Description

FIELD

The present disclosure relates to establishing network connections of devices on a local area network. Specifically, various techniques and systems are provided for locating and pairing of devices on a local area network using a unique identifier.

BRIEF SUMMARY

Exemplary embodiments of the present invention include a computer-implemented method, comprising: establishing, at a computing device on a network, a communication connection with a setup access point; generating a token identifier, wherein the token identifier includes identification data corresponding to the computing device; transmitting the token identifier; transmitting a query, wherein the query includes a request to establish a new communication connection with the setup access point when the communication connection is terminated; and receiving a communication including a response to the query, wherein the response indicates that a new communication connection has been established with the setup access point, and wherein the new communication connection is established using the token identifier.

Alternative exemplary embodiments of the present invention include a computing device. The computing device comprises one or more processors and a memory having instructions stored thereon, which when executed by the one or more processors, cause the computing device to perform operations. The operations include: establishing, at a computing device on a network, a communication connection with a setup access point; generating a token identifier, wherein the token identifier includes identification data corresponding to the computing device; transmitting the token identifier; transmitting a query, wherein the query includes a request to establish a new communication connection with the setup access point when the communication connection is terminated; and receiving a communication including a response to the query, wherein the response indicates that a new communication connection has been established with the setup access point, and wherein the new communication connection is established using the token identifier.

Alternative exemplary embodiments of the present invention include a non-transitory computer-readable storage medium having instructions stored thereon, which when executed by a computing device, cause the computing device to: establish, at a computing device on a network, a communication connection with a setup access point; generate a token identifier, wherein the token identifier includes identification data corresponding to the computing device; transmit the token identifier; transmit a query, wherein the query includes a request to establish a new communication connection with the setup access point when the communication connection is terminated; and receive a communication including a response to the query, wherein the response indicates that a new communication connection has been established with the setup access point, and wherein the new communication connection is established using the token identifier.

This summary is not intended to identify key or essential features of the claimed subject matter, nor is it intended to be used in isolation to determine the scope of the claimed subject matter. The subject matter should be understood by reference to appropriate portions of the entire specification of this patent, any or all drawings, and each claim.

The foregoing, together with other features and embodiments, will become more apparent upon referring to the following specification, claims, and accompanying drawings.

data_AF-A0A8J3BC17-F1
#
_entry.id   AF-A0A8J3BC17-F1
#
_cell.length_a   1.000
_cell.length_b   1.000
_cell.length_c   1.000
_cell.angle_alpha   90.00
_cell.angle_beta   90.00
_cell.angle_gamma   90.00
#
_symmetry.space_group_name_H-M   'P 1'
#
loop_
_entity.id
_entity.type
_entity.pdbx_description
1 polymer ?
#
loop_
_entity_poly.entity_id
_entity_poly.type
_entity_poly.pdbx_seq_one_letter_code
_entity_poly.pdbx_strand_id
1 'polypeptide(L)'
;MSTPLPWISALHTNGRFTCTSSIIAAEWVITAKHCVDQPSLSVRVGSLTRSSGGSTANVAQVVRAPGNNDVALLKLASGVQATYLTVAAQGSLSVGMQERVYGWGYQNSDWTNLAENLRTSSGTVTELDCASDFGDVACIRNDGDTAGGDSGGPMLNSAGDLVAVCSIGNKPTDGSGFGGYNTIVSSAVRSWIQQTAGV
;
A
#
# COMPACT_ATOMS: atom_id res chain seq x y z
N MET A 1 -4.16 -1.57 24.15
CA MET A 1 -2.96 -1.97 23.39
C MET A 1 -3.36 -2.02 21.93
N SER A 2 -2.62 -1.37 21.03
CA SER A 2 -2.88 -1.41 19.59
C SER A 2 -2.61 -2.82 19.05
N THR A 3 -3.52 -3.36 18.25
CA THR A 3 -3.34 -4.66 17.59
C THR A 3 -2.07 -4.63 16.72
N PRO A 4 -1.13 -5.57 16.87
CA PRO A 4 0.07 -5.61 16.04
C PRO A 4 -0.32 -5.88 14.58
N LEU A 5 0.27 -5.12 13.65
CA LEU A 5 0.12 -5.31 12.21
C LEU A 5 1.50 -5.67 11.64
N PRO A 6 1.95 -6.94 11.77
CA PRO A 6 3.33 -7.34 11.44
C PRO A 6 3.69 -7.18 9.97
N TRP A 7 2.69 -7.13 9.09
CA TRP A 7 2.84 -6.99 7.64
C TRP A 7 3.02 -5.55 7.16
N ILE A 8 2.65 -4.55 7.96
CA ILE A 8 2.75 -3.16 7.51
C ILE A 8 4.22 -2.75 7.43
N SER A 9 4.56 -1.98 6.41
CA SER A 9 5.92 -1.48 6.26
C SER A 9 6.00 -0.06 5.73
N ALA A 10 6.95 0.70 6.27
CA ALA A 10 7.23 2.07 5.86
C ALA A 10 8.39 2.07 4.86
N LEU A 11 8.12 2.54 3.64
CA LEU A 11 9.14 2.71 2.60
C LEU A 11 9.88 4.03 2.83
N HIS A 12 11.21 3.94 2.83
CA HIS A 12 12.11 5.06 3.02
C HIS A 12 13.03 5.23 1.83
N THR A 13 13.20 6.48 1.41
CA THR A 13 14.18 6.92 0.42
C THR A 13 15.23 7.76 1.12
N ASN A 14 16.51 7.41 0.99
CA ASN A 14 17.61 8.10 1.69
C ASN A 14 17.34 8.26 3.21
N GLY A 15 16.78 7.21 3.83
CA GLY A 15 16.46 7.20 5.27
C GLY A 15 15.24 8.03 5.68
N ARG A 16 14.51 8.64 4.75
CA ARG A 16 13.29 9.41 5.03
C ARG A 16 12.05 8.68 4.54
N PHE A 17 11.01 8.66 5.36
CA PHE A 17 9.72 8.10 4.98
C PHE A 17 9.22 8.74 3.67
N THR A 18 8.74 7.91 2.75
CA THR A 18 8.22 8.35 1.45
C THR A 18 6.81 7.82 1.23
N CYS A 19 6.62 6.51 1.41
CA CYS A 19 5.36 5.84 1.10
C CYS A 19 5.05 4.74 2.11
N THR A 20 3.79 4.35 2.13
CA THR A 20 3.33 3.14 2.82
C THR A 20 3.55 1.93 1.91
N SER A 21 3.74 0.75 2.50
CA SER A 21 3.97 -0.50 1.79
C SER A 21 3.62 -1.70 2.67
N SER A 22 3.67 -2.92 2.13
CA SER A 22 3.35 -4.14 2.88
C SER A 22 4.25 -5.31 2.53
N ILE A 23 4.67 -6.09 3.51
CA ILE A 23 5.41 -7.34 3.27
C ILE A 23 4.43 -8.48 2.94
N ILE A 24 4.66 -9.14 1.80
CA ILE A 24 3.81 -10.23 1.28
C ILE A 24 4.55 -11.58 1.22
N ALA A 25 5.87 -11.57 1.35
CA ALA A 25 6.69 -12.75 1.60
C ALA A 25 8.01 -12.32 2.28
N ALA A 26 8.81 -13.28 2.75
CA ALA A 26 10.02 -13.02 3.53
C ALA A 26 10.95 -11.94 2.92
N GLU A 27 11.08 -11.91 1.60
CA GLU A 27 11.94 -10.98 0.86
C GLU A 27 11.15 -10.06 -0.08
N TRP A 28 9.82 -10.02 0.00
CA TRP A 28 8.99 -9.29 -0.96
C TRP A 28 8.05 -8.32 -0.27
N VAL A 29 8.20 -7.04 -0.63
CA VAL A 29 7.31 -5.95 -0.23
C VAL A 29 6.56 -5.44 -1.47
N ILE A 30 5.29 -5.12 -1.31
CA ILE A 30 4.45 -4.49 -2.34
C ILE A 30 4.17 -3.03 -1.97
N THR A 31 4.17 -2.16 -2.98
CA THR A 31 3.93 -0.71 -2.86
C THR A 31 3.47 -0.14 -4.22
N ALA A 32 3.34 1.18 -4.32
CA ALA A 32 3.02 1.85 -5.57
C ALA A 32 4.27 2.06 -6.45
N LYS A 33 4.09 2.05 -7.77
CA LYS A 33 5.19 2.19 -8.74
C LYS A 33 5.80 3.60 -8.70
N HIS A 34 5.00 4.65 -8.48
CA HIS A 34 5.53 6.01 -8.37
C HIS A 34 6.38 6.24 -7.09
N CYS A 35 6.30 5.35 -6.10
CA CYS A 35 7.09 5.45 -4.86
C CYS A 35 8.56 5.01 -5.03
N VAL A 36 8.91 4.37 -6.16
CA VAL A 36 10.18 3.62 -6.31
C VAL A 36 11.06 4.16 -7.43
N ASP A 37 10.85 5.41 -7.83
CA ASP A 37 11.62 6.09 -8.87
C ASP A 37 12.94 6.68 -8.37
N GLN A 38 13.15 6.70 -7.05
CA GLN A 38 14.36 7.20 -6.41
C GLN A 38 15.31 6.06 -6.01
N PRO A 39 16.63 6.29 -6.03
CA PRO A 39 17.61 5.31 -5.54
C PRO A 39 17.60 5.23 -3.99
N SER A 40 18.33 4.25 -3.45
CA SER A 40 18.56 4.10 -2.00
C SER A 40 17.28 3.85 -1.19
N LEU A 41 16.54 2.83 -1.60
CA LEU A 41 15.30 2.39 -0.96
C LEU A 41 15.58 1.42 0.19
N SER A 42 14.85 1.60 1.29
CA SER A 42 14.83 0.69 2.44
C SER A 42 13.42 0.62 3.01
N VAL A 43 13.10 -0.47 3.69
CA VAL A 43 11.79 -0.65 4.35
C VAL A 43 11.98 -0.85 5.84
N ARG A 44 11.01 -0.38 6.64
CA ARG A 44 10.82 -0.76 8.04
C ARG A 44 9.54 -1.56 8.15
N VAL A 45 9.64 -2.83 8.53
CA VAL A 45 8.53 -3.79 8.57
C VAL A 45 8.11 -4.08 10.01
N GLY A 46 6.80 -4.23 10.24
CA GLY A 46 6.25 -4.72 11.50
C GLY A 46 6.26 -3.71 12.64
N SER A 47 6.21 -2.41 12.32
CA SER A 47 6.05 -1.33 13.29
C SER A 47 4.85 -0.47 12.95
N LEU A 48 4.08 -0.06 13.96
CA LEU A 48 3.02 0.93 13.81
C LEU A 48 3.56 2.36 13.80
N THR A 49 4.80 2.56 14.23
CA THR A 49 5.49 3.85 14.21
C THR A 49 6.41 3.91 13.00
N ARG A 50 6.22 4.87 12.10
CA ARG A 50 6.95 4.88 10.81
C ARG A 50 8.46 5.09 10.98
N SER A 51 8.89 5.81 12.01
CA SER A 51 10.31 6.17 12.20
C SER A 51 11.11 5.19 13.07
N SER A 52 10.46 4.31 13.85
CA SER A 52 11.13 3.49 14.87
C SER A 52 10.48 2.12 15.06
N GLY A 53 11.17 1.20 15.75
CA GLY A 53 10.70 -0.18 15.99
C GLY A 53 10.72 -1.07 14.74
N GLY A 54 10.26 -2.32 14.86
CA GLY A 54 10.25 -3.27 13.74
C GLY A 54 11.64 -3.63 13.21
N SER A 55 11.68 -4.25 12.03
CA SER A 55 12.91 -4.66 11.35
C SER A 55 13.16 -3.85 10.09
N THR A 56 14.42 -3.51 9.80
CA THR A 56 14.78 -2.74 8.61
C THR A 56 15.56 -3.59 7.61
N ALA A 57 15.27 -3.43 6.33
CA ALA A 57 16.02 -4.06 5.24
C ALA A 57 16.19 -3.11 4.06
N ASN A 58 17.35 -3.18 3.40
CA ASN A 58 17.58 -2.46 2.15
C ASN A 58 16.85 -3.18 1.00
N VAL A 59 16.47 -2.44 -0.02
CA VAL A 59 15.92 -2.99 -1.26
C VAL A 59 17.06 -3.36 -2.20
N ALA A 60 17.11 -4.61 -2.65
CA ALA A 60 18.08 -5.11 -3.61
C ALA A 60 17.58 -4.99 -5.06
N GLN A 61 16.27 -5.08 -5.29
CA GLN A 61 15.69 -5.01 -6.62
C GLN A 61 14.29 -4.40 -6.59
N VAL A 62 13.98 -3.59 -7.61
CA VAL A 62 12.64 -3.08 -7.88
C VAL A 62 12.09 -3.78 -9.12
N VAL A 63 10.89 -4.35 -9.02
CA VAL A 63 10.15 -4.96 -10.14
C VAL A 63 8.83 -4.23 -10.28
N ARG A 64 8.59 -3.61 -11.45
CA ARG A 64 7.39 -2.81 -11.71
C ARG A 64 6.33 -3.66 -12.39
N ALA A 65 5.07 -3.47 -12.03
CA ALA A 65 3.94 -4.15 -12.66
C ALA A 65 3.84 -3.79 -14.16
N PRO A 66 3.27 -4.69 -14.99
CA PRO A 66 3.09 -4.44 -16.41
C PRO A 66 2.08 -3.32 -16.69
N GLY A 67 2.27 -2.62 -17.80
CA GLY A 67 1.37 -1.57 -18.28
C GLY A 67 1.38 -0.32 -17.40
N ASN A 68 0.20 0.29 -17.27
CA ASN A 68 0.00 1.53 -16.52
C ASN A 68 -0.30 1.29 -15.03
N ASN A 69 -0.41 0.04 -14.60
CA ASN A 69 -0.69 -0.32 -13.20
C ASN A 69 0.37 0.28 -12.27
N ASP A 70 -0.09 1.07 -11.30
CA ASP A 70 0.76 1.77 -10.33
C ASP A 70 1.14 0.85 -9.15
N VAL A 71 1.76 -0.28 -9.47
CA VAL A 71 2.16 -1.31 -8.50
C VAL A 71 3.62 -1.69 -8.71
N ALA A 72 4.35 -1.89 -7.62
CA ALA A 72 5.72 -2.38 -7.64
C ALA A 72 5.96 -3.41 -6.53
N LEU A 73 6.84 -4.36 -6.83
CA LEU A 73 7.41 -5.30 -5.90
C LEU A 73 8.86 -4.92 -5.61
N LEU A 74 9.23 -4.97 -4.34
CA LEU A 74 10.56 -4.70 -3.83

BRIEF DESCRIPTION OF THE DRAWINGS

Illustrative embodiments of the present invention are described in detail below with reference to the following drawing figures:

FIG. 1 is an illustration of an example of a wireless network environment in accordance with some embodiments;

FIG. 2 is a flowchart illustrating an embodiment of a process for registering one or more network devices in accordance with some embodiments;

FIG. 3 illustrates an example of a wireless local area network and a new network device, according to embodiments of the present invention.

FIG. 4 illustrates an example of a wireless local area network including a network device, according to embodiments of the present invention;

FIG. 5 illustrates an example of a wireless local area network 500 including a network device and a token identifier, according to embodiments of the present invention;

FIG. 6 illustrates an example of a wireless local area network including a network device disconnected from an access device, according to embodiments of the present invention;

FIG. 7 illustrates an example of a wireless local area network including a network device and an access device, according to embodiments of the present invention;

FIG. 8 is an illustration of an exemplary user interface display for an application on an access device in accordance with embodiments of the present invention;

FIG. 9 is an illustration of an exemplary user interface display for an application on an access device in accordance with embodiments of the present invention;

FIG. 10 is an illustration of an exemplary user interface display for an application on an access device in accordance with embodiments of the present invention;

FIG. 11 is an illustration of an example of a network environment, in accordance with some embodiments.

FIG. 12 is an illustration of an example of a network environment, in accordance with some embodiments.

FIG. 13 is an illustration of an example of a network environment, in accordance with some embodiments.

FIG. 14 shows a flow chart of an exemplary process for an access device that re-establishes a communication with a new network device in range of a local area network, according to embodiments of the present invention;